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Downtown+ traces the form, history and character of seats in ‘Trônes’
Trônes: the inaugural exhibition at Downtown+
Image: Courtesy of Downtown+

Downtown+ traces the form, history and character of seats in ‘Trônes’

The inaugural exhibition at the Parisian gallery brings together seats from its archives and from contemporary designers together to create a dialogue of eras and expressions.

by Anushka Sharma
Published on : Jun 02, 2023

From ancient Egypt to the global contemporary landscape, seats have not only evolved in form but also in function. When one traces the historical timeline through the lens of chairs, their silhouettes reflect the changing fabric of the corresponding period—ornate ones from mediaeval Europe associated with nobility or the minimal frameworks conforming to modern design dialects. One typology of seats that have long been associated with royalty or divinity is the throne, identified by the Greeks as the seat of Gods. But is a throne reserved for those with religious or political power, or has it assumed new forms to settle into new eras? The inaugural exhibition at Downtown + is a time travel from the 1950s to the present day, but in thrones: thrones where one sits to eat, discuss, rule, and relax, thrones where one lounges and others where one creates—thrones that were, thrones that are.

Conceived in 2023 upon the initiative of Paris-based Laffanour / Galerie Downtown and Luna Laffanour, Downtown + project musters pieces from the design gallery’s collection along with works by creators from the young contemporary scene. The first Downtown+ exhibition, Trônes, showcases a selection of seats from the 1950s to the present day, sourced from either the gallery’s archives or from emerging contemporary designers. These works—encompassing chair designs, armchairs, benches and sofa designs—evoke the throne and praise the sitting position through their sculptural form, history and character. From May 31 to June 3, 2023, visitors are invited to meander through the apartments of 72, rue de l’Université and are then confronted with the spectre of a past presence. New York-based contemporary artist Tim Wilson’s paintings, movie sets deprived of their protagonists, are the silent escorts of these pieces.

Over the span of a few decades, Laffanour / Galerie Downtown has shed light upon the work of 20th-century modernist architects and has gained traction for its design exhibitions of Prouvé, Perriand and Jeanneret. In an effort towards exploring the gallery’s heritage, Luna Laffanour offers a new take on these collections through a series of exhibitions, both physical and digital, where design and contemporary art will juxtapose under the same roof. To curate the inaugural exhibition of Downtown +, Laffanour turned to Romain Bitton. Together, the curatorial duo propose the exhibition as a potpourri of design pieces and paintings. “The thrones follow one another and, among the spectres, compose in their turn the memory of the place. The ghostly atmosphere becomes more pronounced as one ventures in, making the artwork a revelation of absence, in which life shines through,” reads the exhibition’s official release.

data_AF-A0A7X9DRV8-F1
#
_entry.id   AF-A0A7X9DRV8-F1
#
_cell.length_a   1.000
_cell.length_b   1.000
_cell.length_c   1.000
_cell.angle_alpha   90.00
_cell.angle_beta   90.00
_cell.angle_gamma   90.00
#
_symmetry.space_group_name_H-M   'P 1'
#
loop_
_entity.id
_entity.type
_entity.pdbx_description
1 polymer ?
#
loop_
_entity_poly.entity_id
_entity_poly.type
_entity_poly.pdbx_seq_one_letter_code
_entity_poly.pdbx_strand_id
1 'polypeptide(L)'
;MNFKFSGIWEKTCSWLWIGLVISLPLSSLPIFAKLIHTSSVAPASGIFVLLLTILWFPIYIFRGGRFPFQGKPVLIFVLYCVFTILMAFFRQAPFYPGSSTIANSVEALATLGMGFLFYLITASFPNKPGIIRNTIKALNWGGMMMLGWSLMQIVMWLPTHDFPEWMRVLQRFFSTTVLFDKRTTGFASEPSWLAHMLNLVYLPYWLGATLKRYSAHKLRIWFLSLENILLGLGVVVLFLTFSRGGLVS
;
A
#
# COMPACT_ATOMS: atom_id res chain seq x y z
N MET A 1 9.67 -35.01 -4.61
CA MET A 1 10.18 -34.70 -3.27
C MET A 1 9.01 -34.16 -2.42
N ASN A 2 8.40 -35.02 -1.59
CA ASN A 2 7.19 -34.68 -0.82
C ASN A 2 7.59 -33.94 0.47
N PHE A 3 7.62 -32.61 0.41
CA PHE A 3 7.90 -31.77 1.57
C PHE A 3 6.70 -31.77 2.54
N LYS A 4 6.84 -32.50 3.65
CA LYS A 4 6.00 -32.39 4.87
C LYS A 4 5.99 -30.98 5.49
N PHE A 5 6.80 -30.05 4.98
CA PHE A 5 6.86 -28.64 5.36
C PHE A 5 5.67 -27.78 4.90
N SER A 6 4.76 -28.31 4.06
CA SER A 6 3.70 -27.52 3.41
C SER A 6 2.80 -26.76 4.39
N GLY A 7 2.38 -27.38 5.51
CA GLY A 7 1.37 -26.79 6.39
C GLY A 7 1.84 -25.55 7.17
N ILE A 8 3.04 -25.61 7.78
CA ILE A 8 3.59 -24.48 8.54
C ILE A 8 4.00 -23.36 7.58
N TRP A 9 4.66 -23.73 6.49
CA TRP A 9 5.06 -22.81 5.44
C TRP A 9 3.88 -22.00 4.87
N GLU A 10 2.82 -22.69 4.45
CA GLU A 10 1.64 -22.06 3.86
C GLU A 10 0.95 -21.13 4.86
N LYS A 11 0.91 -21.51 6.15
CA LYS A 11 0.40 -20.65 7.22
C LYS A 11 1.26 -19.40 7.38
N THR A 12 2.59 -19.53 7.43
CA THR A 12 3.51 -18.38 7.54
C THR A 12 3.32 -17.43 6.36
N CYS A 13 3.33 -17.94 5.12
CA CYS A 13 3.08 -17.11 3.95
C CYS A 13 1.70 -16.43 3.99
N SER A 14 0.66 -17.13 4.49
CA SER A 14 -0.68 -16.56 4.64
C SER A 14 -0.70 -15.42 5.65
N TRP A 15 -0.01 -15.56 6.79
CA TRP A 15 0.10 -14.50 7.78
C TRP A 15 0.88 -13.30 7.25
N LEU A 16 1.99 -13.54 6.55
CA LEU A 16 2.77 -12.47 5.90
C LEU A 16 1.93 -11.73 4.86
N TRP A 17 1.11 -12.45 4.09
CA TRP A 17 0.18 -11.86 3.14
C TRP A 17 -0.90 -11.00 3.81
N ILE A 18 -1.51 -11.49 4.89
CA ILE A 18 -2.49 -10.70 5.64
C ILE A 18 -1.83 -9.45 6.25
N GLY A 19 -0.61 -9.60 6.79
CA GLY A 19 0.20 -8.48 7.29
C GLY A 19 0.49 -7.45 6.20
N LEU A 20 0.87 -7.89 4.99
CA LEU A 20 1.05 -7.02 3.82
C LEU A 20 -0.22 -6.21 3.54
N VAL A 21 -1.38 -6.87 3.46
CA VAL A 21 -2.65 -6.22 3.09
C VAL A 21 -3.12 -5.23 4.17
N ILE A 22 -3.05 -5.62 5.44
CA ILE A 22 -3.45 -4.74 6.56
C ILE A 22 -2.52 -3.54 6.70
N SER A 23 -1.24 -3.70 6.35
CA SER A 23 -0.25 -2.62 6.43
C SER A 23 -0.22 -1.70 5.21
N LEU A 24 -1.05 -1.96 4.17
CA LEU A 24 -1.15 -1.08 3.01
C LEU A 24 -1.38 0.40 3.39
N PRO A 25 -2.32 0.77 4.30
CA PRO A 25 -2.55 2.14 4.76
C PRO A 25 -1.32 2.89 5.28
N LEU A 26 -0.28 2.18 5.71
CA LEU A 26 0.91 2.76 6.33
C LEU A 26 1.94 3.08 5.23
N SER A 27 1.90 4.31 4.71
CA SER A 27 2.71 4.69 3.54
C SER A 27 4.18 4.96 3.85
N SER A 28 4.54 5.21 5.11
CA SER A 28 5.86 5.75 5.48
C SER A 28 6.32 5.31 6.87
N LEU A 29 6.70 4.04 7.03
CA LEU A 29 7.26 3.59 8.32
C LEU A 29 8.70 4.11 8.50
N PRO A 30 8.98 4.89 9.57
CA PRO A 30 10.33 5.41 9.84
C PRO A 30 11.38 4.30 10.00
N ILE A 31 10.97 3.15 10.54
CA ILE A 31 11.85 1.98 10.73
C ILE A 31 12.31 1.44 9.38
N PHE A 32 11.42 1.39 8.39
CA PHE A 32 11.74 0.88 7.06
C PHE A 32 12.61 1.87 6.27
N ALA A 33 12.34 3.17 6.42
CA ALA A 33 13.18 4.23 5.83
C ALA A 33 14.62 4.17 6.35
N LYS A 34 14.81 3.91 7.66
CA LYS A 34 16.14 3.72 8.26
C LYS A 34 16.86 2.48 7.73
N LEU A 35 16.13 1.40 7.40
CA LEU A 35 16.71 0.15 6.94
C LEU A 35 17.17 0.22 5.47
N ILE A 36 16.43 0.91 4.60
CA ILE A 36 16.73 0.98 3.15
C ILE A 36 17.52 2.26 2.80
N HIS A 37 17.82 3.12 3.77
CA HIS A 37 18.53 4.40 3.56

Unexpected encounters are witnessed in the exhibition space when French architect Charlotte Perriand’s chairs are placed next to Japanese architect Jun’ya Ishigami’s; Leo Orta’s creations strike a dialogue with a bench by French painter Paul Fouillen and designer Ellen Pong; and Mariette Sans- Rival’s seats complement a sofa by Kwok Hoï Chan. Tapping into a shared history of computer games and digital environments, Zyva Studio and Sam Buckley created the Hexomino Disco Chair from the 35 distinct variants of a hexomino. The Wrinkly Fish armchair by Ron Arad is donned in polished and patinated steel, while Elda 1005 by Joe Colombo uses large surfaces of plastic-reinforced fibreglass. The Elda chair draws inspiration from ship hulls and is manufactured using shipbuilding techniques—the hull is perched on a swivel base with an overlay of upholstered leather cushions.

Hailing from England and Argentina, Léo Orta lives and works in France between Paris and Les Moulins. A 2019 graduate unearths links between the visual boundaries of art and design. Through a variety of media, his work, such as the sculptural chair Pepper, questions the existential nature of human beings and examines the social and emotional connections they create within their communities and environments. The show also features Ishigami’s surrealist and burlesque Picnic chairs. Wilson’s paintings sit in the backdrop as quiet observers of the dialogue that permeates the milieu. The selected works depict movie sets sans their protagonists and evoke the seating position—accompanying the seats throughout the exhibition.

A chair is arguably one of the most difficult pieces of furniture to design, given its position amongst the most essential. Yet hundreds of prototypes are brought to life each day, emanating a unique idea, notion and expression. The semantics of the past collide with the ones of the present, striving to decipher the same entity: a chair. The display of these furniture designs in formerly inhabited spaces sends them back to their original function and poses questions about useful objects or works of art, while accentuating their sacred dimension. Trônes provides a glimpse into a diverse repository of seats in which the elemental functionality embraces the sculptural flair and viewers get an opportunity to witness—and contemplate—-how their past and present communicate; and when they do, what follows.

‘Trônes’ will be on display from May 31 to June 3, 2023, at 72, rue de L’Université in Paris, France.

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